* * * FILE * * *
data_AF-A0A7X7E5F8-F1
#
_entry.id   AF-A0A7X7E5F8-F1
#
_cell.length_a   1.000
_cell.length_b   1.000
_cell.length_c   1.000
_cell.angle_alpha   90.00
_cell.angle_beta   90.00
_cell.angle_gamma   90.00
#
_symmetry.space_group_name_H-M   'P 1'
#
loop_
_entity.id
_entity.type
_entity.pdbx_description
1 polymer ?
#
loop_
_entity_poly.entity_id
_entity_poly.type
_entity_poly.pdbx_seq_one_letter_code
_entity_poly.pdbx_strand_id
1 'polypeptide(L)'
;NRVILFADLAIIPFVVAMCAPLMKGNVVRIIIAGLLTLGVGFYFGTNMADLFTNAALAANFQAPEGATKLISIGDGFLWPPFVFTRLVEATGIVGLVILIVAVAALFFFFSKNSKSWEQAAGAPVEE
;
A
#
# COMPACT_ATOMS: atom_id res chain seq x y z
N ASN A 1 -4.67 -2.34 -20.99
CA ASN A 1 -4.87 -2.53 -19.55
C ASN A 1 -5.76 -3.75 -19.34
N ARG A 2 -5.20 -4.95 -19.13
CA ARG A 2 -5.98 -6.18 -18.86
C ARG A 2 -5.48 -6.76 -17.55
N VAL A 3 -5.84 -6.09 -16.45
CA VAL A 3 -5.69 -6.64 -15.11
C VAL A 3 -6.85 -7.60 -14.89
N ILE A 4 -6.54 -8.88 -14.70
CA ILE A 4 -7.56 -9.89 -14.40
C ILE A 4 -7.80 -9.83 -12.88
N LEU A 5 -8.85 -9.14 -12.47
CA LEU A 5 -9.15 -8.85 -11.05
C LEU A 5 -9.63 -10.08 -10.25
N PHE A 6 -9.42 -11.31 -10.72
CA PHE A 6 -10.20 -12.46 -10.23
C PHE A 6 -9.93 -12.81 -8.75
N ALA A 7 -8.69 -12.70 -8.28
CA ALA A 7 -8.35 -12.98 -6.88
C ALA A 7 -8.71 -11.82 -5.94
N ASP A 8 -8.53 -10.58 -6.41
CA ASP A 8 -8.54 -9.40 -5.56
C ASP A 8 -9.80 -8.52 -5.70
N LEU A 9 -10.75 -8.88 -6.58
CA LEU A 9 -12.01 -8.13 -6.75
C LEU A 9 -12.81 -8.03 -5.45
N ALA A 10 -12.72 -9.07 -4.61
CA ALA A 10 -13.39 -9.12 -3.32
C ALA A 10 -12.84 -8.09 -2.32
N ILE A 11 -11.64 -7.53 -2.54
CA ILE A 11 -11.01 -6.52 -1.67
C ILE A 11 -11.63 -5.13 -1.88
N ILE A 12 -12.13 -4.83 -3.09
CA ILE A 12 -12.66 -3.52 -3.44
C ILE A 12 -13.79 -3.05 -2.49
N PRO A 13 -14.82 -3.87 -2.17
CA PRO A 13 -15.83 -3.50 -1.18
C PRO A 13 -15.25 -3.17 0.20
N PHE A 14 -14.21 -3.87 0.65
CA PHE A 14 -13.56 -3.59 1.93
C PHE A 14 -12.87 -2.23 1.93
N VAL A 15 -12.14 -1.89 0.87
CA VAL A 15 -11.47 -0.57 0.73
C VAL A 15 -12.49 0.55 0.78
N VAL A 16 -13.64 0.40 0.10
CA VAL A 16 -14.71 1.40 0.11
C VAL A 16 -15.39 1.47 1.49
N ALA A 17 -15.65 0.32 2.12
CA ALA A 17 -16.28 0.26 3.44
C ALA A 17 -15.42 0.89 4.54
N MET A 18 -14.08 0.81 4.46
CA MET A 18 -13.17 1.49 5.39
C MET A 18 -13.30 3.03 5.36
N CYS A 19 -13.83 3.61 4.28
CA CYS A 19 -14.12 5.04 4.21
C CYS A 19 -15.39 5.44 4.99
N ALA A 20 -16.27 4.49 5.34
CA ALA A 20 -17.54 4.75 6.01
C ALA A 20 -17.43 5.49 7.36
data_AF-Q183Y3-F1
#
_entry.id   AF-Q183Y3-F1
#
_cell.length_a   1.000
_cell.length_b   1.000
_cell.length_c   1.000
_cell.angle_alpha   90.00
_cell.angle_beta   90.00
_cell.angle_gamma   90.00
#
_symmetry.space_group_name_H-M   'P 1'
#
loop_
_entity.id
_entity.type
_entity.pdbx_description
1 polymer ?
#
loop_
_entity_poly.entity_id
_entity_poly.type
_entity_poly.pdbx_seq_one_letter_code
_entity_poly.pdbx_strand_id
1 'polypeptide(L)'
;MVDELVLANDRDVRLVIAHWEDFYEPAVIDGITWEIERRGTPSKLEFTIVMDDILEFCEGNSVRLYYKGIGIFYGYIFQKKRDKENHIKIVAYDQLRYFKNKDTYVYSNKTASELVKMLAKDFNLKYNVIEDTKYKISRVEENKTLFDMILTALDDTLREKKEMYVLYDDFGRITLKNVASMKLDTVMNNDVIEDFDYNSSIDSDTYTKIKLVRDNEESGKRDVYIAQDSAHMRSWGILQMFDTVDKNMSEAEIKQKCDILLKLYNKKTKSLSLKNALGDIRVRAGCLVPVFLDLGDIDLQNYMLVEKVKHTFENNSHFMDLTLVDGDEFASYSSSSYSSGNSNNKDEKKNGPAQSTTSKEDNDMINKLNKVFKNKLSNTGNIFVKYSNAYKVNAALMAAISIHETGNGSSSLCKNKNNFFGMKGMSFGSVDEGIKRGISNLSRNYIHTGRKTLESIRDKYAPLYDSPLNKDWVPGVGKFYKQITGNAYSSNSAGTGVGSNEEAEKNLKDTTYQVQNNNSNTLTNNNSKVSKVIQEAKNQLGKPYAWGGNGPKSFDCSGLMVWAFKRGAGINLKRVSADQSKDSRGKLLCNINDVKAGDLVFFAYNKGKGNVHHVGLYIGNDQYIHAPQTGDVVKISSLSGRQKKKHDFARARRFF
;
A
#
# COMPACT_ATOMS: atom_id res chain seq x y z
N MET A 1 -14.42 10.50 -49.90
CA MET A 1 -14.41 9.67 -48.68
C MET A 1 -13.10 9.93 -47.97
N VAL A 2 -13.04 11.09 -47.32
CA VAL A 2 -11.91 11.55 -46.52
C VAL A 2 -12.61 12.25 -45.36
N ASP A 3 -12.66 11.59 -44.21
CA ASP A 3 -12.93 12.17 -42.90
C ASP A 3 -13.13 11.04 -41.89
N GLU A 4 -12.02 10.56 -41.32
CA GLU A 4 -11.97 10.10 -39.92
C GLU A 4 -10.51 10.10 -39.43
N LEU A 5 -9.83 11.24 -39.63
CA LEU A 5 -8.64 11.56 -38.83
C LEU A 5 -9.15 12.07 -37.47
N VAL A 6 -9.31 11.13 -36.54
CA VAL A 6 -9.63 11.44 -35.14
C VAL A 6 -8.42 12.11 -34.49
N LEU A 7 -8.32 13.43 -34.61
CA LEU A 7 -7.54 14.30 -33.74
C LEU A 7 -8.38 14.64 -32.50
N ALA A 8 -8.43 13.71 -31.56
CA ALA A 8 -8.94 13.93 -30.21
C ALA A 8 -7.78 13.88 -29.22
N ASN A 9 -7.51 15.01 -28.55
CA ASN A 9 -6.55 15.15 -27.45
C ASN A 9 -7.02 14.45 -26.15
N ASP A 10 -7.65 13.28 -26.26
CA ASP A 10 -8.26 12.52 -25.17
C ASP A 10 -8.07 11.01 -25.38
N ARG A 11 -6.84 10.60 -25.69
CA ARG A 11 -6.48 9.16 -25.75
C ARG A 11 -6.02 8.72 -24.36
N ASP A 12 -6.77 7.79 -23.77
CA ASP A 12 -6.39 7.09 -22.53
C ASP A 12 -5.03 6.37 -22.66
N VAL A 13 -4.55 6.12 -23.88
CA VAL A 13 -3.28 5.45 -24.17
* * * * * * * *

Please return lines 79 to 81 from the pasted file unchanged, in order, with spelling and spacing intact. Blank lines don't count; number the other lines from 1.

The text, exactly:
N ALA A 17 -15.65 0.32 2.12
CA ALA A 17 -16.28 0.26 3.44
C ALA A 17 -15.42 0.89 4.54